STATE HOUSE – Senators Harold M. Metts, Ana B. Quezada and Sandra Cano are calling upon Gov. Gina M. Raimondo to ensure that minority candidates are selected as judges for the numerous judicial appointments that are currently open.
The three senators have sent the governor a letter asking that she call on the Judicial Nominating Commission to include at least one minority candidate among the three to five finalists on every list it forwards to her for judicial appointments, and to appoint a minimum of three minority judges to make up for minority judges who have recently died or retired.
The legislators also pledged to work within the General Assembly to enact changes to the judicial selection process to bring more diversity to the judicial branch in Rhode Island.
With the 2015 retirement of Superior Court Justice Edward C. Clifton and the more recent deaths of District Court Judge William C. Clifton and Superior Court Judge Walter R. Stone, Rhode Island’s judiciary lost most of its minority members. The three senators are asking that every effort be made to ensure that at least three of the upcoming appointments be granted to minority candidates to prevent the judiciary from losing what little ground it has gained toward becoming more diverse.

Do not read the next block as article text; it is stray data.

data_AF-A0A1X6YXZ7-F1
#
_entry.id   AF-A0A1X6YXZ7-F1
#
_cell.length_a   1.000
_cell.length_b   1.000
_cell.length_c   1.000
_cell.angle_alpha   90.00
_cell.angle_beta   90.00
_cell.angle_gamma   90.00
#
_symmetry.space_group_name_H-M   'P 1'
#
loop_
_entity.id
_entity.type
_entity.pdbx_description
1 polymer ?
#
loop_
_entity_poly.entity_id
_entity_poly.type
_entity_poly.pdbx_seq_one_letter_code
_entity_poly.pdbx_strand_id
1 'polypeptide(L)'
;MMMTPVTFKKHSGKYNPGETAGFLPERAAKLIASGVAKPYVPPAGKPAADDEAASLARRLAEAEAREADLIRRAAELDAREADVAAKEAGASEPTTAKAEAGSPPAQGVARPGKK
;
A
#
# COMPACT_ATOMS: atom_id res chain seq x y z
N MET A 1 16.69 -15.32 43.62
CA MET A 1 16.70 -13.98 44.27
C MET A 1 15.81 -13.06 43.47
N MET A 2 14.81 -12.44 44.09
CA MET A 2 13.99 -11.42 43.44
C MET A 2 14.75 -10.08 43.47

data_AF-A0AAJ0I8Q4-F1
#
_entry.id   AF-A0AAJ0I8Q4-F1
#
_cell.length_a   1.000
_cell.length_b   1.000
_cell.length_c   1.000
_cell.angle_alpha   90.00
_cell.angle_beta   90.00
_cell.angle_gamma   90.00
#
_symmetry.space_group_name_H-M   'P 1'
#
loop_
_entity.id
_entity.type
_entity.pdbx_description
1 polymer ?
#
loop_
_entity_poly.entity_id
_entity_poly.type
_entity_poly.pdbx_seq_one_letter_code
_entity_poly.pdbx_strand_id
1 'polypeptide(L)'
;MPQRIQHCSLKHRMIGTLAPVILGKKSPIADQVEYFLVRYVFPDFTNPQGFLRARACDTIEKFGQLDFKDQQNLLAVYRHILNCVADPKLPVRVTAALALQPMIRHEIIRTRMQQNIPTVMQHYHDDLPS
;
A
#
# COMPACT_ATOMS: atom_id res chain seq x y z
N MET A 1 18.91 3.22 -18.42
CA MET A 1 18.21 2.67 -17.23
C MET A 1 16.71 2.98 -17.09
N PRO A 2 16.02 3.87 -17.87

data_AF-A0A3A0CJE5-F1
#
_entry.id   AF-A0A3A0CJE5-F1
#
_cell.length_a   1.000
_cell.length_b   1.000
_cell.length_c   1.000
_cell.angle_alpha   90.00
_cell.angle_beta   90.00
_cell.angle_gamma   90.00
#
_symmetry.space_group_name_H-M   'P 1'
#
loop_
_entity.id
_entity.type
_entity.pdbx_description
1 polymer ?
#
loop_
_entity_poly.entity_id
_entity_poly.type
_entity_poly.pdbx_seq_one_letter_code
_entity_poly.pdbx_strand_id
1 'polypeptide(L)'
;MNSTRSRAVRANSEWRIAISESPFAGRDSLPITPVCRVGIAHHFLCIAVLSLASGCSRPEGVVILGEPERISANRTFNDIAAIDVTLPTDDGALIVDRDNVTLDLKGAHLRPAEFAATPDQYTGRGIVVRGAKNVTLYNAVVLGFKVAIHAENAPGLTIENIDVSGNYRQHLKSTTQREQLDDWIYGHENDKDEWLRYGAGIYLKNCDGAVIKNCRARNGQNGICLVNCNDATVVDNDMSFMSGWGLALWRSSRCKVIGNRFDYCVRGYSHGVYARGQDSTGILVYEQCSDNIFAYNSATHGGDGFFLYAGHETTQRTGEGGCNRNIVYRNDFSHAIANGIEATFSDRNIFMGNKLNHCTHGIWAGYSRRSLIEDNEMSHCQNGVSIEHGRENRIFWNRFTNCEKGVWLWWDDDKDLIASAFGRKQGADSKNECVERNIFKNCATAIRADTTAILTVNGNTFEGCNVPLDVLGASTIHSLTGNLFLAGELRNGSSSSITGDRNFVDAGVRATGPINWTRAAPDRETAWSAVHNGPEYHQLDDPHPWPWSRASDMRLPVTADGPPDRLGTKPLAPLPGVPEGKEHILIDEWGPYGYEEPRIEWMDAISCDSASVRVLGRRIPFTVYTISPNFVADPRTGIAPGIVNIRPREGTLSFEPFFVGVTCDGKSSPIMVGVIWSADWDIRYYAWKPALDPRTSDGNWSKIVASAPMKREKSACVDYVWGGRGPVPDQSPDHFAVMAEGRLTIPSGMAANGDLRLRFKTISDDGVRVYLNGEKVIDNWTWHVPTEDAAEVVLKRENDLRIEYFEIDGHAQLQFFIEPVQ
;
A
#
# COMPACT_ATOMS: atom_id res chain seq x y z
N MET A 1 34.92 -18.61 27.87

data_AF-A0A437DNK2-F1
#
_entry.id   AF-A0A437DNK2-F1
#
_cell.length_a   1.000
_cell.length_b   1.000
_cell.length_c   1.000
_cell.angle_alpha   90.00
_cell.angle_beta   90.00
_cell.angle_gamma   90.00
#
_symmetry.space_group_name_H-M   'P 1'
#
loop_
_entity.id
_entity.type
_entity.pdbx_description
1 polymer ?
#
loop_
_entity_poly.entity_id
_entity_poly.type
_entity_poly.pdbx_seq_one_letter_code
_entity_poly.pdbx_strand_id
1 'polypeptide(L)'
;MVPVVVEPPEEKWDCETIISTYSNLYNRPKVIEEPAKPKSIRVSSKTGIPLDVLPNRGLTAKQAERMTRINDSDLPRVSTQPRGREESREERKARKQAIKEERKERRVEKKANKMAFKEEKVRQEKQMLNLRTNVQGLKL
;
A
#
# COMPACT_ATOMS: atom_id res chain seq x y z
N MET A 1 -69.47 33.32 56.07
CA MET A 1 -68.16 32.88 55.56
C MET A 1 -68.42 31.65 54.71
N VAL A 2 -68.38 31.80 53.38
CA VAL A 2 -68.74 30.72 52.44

“Structural racism can be defined as a system that promotes inequality. Whether intended or not, the lack of African-American and Latino judges in the judiciary is troubling, even before the deaths and retirement referenced above,” they wrote to the governor. “We will continue working within the General Assembly on legislation to reform this deeply flawed system, and now ask you to do your part by demanding a more diverse list of candidates.”
They wrote that members of the Assembly’s Black and Latino Caucus have been contacted by several highly qualified minorities who are interested in becoming judges.
They also noted that minorities are disproportionately brought before the courts for criminal matters, and suffer extremely disproportionately high levels of resulting incarceration.
“While these inequities are affected by a wide variety of factors inside and outside the judicial and law enforcement sphere, the lack of minority representation on the bench doubtlessly is among those factors,” they wrote. “It’s time that we fix this broken system, as the lack of diversity in the judiciary is a travesty.”
Senators Metts, Quezada and Cano requested a meeting with the governor on the matter, and said that “unless measures are taken to promote true equality and diversity” they will be unable to support the current process and recommendations from the Judicial Nominating Commission during the Advice and Consent process in the Senate.